What they say:
“People are just people.” ”I don’t see color.” ”We’re all just human.” “Character, not color, is what counts with me.”
“Colorblindness” negates the cultural values, norms, expectations and life experiences of people of color. Even if an individual white person can ignore a person’s skin color, society does not.
Claiming to be “colorblind” can also be a defense when someone is afraid to discuss racism, especially if the assumption is that all conversation about race or color is racist. Color consciousness does not equal racism.
2) Reverse Racism
What they say:
“Blacks cry ‘racism’ for everything, even though they are more or just as racist as white people.”
Let’s first define racism with this formula: Racism = racial prejudice + systemic institutional power.
To say people of color can be racist, denies the power imbalance inherent in racism. Although some Black people dislike whites and act on that prejudice to insult or hurt them, that’s not the same as systematically oppressing them and negatively affecting every aspect of their lives.
People of color, as a social group, do not possess the societal, institutional power to oppress white people as a group. An individual Black person who is abusing a white person, while clearly wrong, is acting out a personal racial prejudice, not racism.
3) It’s Not Race
What they say:
“It’s not race, it’s economics.” ”Classism is the new racism.”
“Being Black and middle class is fundamentally different to being white and middle class.” This is what Dr. Nicola Rollock, a researcher at The Institute of Education at the University at Birmingham in the U.K., said after researching the issue.
For the report, “The Educational Strategies of the Black Middle Classes,” Rollock and her team looked at African-Caribbean families in particular, and confirmed that there is a Black “middle class” who work very hard to do the best for their children. But researchers also discovered that social status and relative wealth do not protect Black people from racism.
Racism is a reality in the lives of Black middle-class families and it extends to the upper class too, as Oprah Winfrey would agree based on her widely reported racial-profiling incident at a Zurich boutique last year.
4) Blame the Victim
What they say:
“Blacks are not willing to work hard.” ”Blacks feel entitled and want everything handed to them.” ”Blacks hold themselves back, not racism.” “We have advertised everywhere, there just aren’t any qualified Blacks for this job.”
When blame-the-victim tactics are used, it provides an escape from discussing the real problem: racism. Therefore, the agents of racism, white people and their institutions, can avoid acknowledging a system of oppression exists.
As long as the focus remains on Black folks, white people can minimize or dismiss our experiences and never have to deal with their responsibility or collusion in racism and white privilege.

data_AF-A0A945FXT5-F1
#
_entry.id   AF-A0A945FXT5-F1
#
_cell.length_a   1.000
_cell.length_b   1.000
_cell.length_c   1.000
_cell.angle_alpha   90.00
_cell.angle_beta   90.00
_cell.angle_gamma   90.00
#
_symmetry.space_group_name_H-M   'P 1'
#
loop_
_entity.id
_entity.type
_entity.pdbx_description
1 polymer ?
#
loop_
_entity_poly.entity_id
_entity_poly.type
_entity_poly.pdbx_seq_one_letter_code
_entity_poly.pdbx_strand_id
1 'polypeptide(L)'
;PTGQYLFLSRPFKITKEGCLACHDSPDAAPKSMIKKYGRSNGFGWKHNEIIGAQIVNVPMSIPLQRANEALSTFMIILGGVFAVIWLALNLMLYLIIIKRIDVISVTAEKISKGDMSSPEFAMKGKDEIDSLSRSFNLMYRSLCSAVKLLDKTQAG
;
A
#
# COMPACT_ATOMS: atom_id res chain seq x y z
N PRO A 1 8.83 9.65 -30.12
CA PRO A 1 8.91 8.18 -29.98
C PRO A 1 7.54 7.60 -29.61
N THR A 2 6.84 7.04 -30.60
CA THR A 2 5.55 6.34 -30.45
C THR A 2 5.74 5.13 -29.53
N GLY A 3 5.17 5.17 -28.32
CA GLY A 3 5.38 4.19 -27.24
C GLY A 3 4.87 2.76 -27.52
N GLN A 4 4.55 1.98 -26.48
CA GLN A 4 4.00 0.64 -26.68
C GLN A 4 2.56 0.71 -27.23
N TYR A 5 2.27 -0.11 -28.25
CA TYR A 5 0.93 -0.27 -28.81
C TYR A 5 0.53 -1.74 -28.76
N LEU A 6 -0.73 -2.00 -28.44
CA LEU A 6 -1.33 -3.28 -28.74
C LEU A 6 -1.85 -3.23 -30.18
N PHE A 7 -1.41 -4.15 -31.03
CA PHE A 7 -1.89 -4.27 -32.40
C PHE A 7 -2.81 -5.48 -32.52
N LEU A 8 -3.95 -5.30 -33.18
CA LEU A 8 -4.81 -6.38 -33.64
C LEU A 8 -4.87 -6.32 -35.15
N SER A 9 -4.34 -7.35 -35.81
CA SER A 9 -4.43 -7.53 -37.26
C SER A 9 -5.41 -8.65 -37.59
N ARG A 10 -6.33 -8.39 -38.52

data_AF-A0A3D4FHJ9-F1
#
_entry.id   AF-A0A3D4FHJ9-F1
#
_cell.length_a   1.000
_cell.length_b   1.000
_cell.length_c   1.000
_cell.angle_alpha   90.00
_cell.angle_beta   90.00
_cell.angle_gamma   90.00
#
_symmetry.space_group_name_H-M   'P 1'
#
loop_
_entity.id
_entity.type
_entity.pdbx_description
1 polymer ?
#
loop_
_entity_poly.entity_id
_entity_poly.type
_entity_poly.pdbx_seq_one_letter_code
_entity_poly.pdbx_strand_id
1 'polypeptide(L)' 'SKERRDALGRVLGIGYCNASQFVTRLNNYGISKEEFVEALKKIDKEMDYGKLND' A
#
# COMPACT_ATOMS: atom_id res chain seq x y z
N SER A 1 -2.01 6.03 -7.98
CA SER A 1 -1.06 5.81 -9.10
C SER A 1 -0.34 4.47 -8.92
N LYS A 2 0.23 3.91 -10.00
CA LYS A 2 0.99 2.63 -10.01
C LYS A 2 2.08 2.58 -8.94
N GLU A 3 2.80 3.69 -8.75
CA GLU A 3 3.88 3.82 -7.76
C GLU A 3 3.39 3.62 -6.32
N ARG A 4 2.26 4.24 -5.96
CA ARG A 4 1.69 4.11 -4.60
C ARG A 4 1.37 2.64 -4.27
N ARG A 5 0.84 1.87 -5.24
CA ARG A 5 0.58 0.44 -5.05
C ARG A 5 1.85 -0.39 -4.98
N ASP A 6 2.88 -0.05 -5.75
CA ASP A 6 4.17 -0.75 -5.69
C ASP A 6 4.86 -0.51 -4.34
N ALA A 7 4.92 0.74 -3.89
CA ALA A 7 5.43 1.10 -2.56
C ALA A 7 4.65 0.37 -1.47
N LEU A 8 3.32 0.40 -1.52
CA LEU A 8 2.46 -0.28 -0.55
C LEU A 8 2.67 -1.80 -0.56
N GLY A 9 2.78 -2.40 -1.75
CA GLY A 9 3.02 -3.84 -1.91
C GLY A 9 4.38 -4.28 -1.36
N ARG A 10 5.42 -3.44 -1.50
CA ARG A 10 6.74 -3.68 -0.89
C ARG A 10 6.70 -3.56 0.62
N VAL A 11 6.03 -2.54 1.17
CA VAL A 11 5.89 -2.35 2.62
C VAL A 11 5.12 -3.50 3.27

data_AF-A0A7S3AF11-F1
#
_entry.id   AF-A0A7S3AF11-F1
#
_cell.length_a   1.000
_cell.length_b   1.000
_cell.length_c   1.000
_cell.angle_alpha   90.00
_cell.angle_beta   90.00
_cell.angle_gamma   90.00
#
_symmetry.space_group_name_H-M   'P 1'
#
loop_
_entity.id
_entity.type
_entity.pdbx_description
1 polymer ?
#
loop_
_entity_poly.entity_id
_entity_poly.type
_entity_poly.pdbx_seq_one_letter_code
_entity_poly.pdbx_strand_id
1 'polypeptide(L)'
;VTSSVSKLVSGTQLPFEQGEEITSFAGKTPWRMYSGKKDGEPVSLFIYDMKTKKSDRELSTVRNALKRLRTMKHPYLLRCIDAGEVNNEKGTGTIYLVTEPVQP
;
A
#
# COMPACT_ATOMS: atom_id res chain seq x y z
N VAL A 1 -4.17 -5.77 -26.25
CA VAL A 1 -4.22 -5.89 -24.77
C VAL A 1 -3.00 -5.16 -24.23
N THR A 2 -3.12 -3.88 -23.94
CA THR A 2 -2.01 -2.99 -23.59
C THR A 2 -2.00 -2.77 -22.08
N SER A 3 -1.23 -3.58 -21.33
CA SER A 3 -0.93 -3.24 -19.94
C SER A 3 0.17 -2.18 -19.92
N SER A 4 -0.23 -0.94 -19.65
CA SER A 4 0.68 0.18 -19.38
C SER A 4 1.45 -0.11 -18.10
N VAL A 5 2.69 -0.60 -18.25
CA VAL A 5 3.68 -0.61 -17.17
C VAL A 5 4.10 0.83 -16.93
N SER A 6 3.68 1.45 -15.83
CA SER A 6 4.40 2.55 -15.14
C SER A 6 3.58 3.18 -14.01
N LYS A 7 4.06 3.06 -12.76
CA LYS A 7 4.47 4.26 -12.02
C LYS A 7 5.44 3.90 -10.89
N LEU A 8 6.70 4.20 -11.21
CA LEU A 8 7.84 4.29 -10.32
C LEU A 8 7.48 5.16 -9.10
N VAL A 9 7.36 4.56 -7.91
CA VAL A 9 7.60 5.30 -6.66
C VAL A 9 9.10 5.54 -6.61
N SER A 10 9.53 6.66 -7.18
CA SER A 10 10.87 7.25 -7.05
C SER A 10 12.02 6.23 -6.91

5) Deny, Deny, Deny
What they say:
“Blacks are unfairly favored, whites are not.”
This form of denial is based on the false notion that the playing field is now level. When some white folks are expected to suddenly share their privilege, access and advantage, they often perceive it as discrimination. White people’s attacks on programs like affirmative action and Black History Month are usually rooted in this false perception.
6) Pull Yourself Up by Your Bootstraps
What they say:
“America is the land of opportunity, built by rugged individuals, where anyone with grit can succeed if they just pull up hard enough on their bootstraps. So Blacks need to pull themselves up from the bottom like everyone else.”
U.S. social propaganda has convinced many people that an individual’s hard work is the main determinant of success in the country. This ideology totally denies the impact of either oppression or privilege on any person’s chance for success, and pretends that every individual, regardless of color, gender, disability, etc., has the same access to the rights, benefits and responsibilities of society.
It also implies that Blacks have only their individual character flaws or cultural inadequacies to blame, and not racism.
7) Racism Is Over
What they say:
“Blacks live in the past. We dealt with racism in the 1960s with all the marches, sit-ins and speeches by Martin Luther King Jr. Laws have been changed. Segregation and lynching have ended. We have some details to work out, but real racism is pretty much a thing of the past. They need to get over it and move on.”
The absence of legalized, enforced segregation does not mean the end of racism. This denial of contemporary racism, based on an inaccurate assessment of both history and current society, romanticizes the past and diminishes today’s reality.
If there is no race problem, there would be no school-to-prison pipeline in Mississippi that leads to the arrest and sentencing of Black students for infractions as insignificant as wearing the wrong color socks.
New York City’s Stop and Frisk policy that led to 400,000 police encounters with innocent Black and Latino New Yorkers, would not have happened.
If there is no race problem, why is a Black person 3.73 times more likely to be arrested for marijuana possession than a white person, even though Blacks and whites use marijuana at similar rates?